Autophagy as a Therapeutic Target in Cancer

Part of the Current Cancer Research book series (CUCR)


Autophagy is the process by which cellular material is delivered to the lysosome for degradation and recycling. Macroautophagy involves delivery of macromolecules and organelles to double membrane vesicles called autophagosomes that fuse with lysosomes leading to degradation of the contents of the autophagosomes. Chaperone-mediated autophagy involves direct recognition of specific proteins by chaperone complexes that then directly deliver the protein target to the lysosome. Microautophagy involves direct lysosomal capture of cytoplasmic material. Of these three types, macroautophagy is by far the most studied and is known to have multiple roles in cancer development, progression and response to therapy. This has led to autophagy being widely viewed as a potential therapeutic target in cancer. Important questions that must be answered include: Which tumors should or should not be treated by direct autophagy inhibition? And, what is the best way to target autophagy for cancer therapy? In this overview we summarize the background and some current ideas about the answers to such questions.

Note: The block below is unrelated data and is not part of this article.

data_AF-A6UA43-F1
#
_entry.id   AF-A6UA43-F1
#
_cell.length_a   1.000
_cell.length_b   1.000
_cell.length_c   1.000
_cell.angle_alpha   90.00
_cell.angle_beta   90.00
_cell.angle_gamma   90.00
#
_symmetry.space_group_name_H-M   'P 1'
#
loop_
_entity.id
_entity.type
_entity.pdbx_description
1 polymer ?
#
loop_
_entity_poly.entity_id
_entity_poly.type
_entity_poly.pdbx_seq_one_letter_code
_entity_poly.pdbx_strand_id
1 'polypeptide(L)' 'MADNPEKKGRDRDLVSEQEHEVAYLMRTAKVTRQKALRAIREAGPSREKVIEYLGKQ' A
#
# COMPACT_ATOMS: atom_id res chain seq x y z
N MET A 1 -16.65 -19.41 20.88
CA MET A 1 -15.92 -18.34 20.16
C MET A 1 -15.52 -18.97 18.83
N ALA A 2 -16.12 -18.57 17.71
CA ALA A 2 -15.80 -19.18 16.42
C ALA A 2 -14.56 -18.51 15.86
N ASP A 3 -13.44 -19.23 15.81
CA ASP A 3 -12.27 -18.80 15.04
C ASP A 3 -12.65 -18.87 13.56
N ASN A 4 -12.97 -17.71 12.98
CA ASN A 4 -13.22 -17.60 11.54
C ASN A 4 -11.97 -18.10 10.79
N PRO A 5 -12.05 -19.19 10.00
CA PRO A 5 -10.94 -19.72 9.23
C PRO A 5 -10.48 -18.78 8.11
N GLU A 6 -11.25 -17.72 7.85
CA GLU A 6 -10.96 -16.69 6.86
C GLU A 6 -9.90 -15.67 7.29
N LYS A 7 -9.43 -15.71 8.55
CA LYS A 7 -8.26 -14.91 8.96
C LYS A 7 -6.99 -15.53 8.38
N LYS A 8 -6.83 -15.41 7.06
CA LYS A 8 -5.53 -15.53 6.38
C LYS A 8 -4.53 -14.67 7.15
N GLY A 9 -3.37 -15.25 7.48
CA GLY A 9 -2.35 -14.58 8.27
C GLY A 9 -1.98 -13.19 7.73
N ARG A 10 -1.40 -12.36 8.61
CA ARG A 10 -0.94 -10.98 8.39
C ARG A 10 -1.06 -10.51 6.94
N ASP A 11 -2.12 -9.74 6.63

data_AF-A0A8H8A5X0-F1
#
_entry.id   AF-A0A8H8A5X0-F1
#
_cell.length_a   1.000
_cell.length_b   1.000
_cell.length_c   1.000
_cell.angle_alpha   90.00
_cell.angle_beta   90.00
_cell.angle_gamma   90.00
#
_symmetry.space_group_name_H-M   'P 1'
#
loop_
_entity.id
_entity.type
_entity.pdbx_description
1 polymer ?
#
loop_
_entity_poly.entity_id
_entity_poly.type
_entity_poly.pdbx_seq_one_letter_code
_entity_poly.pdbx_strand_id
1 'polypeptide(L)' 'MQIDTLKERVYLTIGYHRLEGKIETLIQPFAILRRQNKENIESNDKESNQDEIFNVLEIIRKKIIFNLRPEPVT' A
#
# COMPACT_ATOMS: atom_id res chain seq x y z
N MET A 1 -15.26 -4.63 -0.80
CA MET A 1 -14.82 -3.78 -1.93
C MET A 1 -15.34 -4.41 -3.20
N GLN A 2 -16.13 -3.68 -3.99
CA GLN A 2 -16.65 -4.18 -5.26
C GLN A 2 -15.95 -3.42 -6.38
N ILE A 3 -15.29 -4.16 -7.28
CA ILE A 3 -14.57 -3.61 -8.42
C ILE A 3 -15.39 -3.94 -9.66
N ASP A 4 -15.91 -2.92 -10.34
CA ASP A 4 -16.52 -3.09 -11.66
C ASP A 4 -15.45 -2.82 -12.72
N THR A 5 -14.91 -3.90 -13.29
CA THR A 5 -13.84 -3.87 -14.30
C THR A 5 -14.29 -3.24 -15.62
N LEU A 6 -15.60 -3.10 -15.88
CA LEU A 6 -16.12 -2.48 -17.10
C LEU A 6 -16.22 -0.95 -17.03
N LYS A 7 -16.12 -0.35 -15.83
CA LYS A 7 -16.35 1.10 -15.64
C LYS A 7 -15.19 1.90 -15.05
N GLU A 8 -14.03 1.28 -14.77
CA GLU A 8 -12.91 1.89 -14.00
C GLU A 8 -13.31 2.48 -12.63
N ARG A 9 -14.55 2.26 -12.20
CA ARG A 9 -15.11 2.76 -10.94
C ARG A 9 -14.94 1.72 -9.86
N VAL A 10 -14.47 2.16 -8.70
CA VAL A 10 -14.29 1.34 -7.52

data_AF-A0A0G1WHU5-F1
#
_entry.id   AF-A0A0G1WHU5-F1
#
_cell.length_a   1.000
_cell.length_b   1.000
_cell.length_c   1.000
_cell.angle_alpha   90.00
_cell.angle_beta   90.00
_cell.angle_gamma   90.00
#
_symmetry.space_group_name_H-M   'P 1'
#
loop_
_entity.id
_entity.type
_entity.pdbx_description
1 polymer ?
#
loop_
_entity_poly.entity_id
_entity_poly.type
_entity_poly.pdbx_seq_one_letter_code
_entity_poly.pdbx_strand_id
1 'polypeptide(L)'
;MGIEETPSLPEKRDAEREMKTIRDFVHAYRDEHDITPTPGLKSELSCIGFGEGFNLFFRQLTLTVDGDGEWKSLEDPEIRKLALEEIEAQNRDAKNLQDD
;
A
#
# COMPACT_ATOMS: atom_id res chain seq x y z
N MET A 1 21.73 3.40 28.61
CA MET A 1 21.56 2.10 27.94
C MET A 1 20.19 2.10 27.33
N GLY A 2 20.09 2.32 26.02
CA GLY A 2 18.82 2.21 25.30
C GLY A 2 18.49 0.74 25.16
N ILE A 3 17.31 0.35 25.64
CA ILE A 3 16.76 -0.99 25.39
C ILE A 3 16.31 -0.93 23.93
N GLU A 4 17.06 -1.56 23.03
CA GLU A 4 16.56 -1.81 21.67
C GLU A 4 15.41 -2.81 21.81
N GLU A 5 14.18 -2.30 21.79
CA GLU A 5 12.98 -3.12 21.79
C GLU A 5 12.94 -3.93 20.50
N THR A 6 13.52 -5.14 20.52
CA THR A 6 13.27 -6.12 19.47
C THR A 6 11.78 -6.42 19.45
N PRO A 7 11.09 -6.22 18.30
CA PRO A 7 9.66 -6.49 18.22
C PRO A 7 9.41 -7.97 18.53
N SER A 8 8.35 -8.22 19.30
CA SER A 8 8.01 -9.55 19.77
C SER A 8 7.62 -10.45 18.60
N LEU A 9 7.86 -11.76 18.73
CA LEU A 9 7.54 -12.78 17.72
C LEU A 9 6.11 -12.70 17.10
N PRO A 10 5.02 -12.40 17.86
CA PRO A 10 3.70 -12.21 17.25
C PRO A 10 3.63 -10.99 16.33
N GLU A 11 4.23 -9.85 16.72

Autophagy Apoptosis Cancer therapy ATG7 BRAF KRAS 


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Copyright information

© Springer International Publishing Switzerland 2016

Authors and Affiliations

  1. 1.Department of PharmacologyUniversity of Colorado School of MedicineAuroraUSA

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